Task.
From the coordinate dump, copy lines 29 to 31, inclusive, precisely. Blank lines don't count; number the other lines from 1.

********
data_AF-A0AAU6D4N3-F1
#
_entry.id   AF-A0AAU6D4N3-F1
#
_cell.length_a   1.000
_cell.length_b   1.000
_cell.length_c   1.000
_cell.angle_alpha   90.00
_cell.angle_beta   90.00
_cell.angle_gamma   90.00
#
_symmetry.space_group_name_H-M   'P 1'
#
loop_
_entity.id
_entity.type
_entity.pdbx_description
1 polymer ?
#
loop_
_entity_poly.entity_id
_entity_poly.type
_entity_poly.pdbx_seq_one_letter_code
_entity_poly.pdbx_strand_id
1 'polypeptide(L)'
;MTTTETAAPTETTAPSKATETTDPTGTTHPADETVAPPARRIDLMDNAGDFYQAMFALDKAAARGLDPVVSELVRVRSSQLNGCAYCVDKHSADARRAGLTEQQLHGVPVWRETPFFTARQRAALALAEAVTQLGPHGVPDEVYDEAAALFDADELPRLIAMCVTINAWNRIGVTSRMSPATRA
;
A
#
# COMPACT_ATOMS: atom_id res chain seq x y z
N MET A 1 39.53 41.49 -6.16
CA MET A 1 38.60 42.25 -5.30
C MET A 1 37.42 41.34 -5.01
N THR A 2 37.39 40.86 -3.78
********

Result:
#
# COMPACT_ATOMS: atom_id res chain seq x y z
N MET A 1 39.53 41.49 -6.16